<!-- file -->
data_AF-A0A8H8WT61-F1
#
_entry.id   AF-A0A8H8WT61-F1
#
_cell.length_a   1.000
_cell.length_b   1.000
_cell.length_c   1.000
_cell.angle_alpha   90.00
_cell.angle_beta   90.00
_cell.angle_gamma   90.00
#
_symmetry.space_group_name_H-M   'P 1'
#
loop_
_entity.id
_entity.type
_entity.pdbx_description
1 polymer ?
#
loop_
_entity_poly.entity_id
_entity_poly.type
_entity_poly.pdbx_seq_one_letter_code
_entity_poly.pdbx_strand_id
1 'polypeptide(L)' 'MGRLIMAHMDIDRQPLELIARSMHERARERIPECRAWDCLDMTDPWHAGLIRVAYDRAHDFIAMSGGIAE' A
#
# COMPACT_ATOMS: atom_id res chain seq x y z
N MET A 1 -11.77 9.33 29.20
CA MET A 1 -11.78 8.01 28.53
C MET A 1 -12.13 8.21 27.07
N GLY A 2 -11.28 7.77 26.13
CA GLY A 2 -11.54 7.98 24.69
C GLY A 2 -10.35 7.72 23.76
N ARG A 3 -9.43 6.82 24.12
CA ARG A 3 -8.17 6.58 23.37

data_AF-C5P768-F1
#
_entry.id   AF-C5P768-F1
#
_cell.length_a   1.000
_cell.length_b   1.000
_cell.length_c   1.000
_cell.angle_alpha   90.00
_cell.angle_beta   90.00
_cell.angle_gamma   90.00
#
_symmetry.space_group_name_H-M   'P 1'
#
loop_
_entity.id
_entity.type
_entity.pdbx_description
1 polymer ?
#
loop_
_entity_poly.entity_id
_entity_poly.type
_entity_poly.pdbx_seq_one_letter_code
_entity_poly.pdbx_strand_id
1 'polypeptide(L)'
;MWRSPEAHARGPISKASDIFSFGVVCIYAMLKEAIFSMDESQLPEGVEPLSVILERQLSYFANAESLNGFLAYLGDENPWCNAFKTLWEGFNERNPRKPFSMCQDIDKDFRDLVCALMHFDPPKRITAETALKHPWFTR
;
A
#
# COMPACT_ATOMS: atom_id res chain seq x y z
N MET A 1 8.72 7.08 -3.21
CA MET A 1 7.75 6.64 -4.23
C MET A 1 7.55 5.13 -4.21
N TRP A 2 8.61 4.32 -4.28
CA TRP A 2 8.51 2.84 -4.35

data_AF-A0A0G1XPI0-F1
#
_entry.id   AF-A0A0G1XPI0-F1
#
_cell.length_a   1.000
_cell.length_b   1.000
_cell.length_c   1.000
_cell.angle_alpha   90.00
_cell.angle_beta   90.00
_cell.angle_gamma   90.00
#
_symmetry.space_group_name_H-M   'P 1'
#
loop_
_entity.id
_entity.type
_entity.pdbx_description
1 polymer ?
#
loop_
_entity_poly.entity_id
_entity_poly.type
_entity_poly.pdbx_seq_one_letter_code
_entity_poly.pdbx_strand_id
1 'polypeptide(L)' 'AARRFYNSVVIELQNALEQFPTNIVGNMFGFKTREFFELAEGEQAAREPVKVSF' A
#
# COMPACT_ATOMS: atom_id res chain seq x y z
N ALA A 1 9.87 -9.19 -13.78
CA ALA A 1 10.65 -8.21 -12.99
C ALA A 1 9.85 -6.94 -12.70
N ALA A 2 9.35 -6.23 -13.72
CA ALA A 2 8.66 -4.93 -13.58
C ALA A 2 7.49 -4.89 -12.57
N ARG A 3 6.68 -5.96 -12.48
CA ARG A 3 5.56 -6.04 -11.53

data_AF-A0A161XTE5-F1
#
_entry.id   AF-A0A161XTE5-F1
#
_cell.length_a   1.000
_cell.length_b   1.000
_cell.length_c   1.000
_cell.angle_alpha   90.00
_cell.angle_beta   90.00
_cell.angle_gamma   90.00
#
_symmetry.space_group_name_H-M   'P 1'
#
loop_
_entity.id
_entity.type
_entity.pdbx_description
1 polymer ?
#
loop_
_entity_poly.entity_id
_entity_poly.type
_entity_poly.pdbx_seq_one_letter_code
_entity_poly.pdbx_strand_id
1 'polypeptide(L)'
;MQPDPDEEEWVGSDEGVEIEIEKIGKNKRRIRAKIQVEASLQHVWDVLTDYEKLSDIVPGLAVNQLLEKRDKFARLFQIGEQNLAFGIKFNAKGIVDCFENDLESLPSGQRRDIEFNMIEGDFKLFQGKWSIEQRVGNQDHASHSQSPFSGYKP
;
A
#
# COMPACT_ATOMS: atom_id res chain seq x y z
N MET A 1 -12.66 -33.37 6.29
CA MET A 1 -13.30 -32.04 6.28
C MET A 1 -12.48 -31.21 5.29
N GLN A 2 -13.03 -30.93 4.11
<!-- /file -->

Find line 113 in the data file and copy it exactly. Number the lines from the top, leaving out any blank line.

_cell.angle_alpha   90.00